FOR IMMEDIATE RELEASE
January 7, 2013
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Shenandoah Valley Network
Luray, VA – Del. Scott Lingamfelter’s (R-Woodbridge) Right to Farm Bill HB 1430 has alarmed Shenandoah Valley elected officials and county managers with a mandate on farm retail sales that would eliminate local zoning control over agriculture and rural land uses. The bill also gives aggrieved landowners the right to sue local governments and individual staff members for damages for upholding local zoning.
“Del. Lingamfelter is trying to address a zoning dispute in Fauquier County over farm activities, but his legislation would gut the sensible, non-controversial zoning ordinances in the Valley’s major agricultural counties – Rockingham, Augusta and Shenandoah – as well as elsewhere in Virginia,” said Megan Gallagher, a Shenandoah Valley Network spokesperson.
Farm ordinances in the Shenandoah Valley have helped strengthen the local agricultural economy by encouraging on-farm retail sales and related activities. The most recent is Rockingham County’s Farm First Enterprise Program adopted just last year, which provides a simple permit process to operate farm stands and outlines the many seasonal farm activities compatible with the county’s goals for agricultural economic development.
Ordinances governing on-farm activities in the Valley were developed by local officials with the farm community. In Shenandoah County, two working farmers serve on the Board of Supervisors, Dennis Morris and Steve Baker, a new planner was hired in 2012 to address agricultural and natural resource issues, and the county works closely with the local Farm Bureau and its members.
In turn, the Valley’s counties have not experienced the contentious battles over special events and other activities at vineyards or other farms like those in Northern Virginia, notably Fauquier County. “A Fauquier problem should not trigger a state mandate that ties the hands of the Valley’s elected officials working to promote farming and the local agricultural economy,” said Ms. Gallagher.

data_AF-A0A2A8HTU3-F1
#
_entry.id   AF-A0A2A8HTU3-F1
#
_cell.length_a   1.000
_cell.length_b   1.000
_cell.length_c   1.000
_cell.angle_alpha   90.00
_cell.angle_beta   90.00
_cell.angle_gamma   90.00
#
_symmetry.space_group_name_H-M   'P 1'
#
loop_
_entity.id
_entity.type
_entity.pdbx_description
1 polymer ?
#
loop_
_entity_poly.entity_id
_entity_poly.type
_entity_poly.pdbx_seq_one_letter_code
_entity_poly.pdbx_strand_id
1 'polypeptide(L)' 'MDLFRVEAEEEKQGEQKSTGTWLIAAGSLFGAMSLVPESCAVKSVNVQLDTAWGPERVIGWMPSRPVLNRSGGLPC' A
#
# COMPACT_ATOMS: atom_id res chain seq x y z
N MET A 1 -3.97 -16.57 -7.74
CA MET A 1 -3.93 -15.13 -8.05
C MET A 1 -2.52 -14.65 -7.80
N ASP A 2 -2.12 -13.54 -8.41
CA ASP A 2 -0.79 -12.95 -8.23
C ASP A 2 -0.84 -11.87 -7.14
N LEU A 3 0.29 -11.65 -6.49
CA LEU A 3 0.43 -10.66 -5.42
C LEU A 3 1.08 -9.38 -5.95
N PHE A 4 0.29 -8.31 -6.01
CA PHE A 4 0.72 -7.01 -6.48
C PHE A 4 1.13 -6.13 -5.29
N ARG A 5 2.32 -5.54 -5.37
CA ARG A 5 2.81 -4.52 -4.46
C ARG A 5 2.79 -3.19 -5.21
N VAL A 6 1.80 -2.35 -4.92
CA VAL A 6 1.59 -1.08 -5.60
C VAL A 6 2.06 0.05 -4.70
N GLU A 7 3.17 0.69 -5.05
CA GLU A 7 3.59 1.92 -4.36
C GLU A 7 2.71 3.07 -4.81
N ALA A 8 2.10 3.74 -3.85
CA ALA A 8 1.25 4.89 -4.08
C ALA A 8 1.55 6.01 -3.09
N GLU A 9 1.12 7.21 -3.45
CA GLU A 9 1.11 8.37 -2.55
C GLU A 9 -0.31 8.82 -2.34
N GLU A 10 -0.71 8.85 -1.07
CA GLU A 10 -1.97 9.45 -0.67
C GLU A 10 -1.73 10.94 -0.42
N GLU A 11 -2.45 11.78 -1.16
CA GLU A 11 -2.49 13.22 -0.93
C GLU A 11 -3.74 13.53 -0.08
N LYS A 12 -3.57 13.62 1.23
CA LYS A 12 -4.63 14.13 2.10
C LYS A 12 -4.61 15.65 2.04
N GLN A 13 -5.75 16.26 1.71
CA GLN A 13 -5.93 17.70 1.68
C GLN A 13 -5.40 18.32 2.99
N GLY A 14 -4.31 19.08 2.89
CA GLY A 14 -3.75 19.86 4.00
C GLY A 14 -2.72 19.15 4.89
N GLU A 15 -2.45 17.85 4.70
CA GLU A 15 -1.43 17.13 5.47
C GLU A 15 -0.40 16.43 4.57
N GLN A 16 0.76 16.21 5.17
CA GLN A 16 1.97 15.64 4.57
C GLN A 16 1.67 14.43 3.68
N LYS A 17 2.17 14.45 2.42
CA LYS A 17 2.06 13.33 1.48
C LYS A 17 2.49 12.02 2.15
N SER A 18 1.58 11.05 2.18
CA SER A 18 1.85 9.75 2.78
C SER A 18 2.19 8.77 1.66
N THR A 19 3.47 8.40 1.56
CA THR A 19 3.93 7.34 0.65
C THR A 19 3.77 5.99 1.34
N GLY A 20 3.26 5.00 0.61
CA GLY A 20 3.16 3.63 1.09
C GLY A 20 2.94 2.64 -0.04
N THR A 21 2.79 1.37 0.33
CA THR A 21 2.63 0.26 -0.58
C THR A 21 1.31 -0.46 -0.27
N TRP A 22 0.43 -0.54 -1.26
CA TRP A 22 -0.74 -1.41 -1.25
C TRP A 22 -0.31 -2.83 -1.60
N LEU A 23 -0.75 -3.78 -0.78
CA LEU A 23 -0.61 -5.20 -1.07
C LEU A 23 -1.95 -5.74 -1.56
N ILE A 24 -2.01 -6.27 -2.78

Del. Lingamfelter’s bill also would allow disgruntled landowners to sue local government, and individual staff members, for damages for upholding local ordinances developed by local consensus.
“This is a tremendous overreach, threatening local governments and individual employees for just doing their jobs,” Ms. Gallagher said. “If landowners are unhappy with local zoning, they should work with county residents and officials to reach agreement on a change, not rush to court or the state legislature,” she added.
For the full text of HB1430: http://lis.virginia.gov/cgi-bin/legp604.exe?131+sum+HB1430
Excerpts are reprinted below.
HB 1430 Right to Farm Act; expands definition of agricultural operations.
Introduced by: L. Scott Lingamfelter |
SUMMARY AS INTRODUCED:
Right to Farm Act. Expands the definition of agricultural operations to include the commerce of farm-to-business and farm-to-consumer sales. The commerce and sale of certain items, such as art, literature, artifacts, furniture, food, beverages, and other items that are incidental to the agricultural operation, and constitute less than a majority amount of production or sales, or less than a majority of annual revenues from such sales, are defined as part of the agricultural operation. The bill gives persons engaged in agricultural operations a cause of action against the county or any official or employee of the county for violations of the Right to Farm Act.
§ 3.2-302.1. Remedies
A. Any county that violates any provision of this chapter shall be liable to aggrieved persons in the amounts equal to the fines and penalties that the county seeks to impose on such aggrieved persons, plus attorney fees.
B. Any official or employee of a county who violates any provision of this chapter, or whose interpretation or enforcement of duties operates contrary to this chapter, shall be personally liable to aggrieved persons in the amount equal to the fines and penalties that such county official or employee seeks to impose on such aggrieved persons, plus attorney fees, and shall otherwise be subject to the penalties that the official or employee seeks to impose, whether civil or criminal. Such official or employee shall not be protected by sovereign immunity for causes of action in trespass or tort.